Under the proposed rate increase, the average residential customer would see their monthly bills go up about $12 by the year 2011. But it won’t happen all it once. It’ll either be spread out in two phases…or three.
SMUD’s Elisabeth Brinton says not only are revenues down…but so is their hydroelectric production.
“It’s the drought and the economy as a whole. Even with the rate increase, SMUD would still be very, very competitive and comparable.”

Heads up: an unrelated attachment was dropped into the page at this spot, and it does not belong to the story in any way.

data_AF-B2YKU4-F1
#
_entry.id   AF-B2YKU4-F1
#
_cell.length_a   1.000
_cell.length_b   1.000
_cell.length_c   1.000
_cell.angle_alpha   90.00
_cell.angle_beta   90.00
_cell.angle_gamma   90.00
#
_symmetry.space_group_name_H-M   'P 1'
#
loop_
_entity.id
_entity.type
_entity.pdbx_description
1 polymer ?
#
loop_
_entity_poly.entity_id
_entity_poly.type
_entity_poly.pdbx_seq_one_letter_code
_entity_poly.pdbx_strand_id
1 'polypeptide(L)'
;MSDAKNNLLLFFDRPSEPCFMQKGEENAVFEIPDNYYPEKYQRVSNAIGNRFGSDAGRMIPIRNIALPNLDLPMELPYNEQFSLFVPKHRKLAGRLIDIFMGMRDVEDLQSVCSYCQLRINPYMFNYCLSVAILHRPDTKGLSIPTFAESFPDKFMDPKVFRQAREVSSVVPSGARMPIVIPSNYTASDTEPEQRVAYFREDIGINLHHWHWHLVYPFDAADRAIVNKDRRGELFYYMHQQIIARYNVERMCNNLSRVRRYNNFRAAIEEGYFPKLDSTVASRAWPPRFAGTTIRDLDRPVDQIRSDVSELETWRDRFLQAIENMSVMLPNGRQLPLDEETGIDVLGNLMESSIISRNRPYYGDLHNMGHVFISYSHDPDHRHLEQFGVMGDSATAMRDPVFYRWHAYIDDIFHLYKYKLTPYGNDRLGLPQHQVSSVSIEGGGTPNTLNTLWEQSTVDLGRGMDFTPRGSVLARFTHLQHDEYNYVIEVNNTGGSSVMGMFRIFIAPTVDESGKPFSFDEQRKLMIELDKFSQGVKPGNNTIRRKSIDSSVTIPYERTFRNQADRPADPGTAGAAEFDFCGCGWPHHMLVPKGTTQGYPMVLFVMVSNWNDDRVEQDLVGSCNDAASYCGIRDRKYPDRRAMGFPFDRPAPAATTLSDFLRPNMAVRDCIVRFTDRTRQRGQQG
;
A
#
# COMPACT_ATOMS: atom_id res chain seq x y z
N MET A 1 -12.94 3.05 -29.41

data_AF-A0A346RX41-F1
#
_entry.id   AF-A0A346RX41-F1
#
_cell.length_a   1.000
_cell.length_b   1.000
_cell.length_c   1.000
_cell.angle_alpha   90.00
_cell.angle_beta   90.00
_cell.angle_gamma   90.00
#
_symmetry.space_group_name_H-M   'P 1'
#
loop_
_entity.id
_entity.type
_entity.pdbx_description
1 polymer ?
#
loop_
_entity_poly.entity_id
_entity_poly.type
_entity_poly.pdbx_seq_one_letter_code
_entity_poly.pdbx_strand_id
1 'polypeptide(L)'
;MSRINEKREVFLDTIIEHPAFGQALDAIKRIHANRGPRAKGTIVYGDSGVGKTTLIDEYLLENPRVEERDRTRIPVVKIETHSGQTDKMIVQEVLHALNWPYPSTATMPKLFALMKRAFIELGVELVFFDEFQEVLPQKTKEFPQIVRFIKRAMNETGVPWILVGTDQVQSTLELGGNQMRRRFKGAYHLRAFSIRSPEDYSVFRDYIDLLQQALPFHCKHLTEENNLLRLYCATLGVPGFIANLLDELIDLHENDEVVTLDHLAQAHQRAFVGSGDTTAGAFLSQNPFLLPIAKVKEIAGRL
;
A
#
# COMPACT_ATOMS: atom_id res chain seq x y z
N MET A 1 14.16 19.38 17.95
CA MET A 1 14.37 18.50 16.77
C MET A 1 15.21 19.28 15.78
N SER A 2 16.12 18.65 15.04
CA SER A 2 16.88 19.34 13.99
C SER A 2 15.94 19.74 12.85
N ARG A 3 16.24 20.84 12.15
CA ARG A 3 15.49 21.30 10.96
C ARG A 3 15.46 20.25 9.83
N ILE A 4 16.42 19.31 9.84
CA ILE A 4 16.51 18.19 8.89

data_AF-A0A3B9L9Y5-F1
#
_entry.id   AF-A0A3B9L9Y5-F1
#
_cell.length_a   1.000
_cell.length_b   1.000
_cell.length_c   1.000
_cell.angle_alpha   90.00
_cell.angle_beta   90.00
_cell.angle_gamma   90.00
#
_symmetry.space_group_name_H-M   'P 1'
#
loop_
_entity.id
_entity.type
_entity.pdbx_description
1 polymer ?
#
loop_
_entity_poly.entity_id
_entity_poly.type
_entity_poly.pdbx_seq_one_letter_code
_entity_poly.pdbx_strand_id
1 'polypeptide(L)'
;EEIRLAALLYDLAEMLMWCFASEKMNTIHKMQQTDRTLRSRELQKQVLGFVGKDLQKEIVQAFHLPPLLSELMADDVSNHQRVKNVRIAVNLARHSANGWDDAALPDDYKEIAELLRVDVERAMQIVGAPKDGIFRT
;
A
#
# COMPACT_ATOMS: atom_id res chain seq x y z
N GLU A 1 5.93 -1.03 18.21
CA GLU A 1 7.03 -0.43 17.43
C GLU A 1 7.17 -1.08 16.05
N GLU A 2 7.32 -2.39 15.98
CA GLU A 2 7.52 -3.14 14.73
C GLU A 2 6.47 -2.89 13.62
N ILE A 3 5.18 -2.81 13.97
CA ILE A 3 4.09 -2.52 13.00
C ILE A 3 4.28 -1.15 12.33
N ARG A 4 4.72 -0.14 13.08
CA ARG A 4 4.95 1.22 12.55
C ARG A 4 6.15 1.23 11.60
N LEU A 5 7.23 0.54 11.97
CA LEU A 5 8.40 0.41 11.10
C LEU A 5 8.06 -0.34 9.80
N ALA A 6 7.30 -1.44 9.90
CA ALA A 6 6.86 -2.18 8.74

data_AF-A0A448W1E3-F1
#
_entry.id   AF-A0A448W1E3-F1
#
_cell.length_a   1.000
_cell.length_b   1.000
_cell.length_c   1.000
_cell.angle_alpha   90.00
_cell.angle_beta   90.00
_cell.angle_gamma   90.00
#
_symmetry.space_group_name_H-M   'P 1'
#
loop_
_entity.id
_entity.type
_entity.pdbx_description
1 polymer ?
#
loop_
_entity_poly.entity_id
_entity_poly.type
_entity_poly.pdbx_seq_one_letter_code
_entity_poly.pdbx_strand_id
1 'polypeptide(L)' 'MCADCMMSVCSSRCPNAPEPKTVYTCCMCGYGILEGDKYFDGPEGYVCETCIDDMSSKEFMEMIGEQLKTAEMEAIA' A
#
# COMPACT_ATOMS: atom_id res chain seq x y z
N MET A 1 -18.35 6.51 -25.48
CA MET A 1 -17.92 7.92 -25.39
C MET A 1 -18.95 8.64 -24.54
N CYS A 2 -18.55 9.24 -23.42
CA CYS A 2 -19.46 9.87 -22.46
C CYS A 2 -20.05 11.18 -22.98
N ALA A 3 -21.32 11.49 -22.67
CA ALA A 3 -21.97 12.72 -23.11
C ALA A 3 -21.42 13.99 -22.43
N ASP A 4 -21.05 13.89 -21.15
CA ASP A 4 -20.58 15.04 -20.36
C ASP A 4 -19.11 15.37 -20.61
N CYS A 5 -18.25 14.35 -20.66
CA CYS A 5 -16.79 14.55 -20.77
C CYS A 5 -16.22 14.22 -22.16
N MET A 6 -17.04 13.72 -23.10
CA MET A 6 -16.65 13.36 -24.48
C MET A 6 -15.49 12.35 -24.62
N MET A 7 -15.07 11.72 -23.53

And Mindy Spatt with the consumer watchdog group the Utility Reform Network agrees.
“In fact SMUD’s rates are amongst the lowest in California.”
Spatt says that’s because SMUD is not-for-profit. She says that’s a lot different than utilities that answer to shareholders.
“They spend a huge amount of money on executive salaries, a lot of money on marketing. I don’t think SMUD is quite that wasteful with its customer’s money.”
The last public hearing on the rate hike plan is set for Thursday night at the SMUD headquarters in East Sacramento.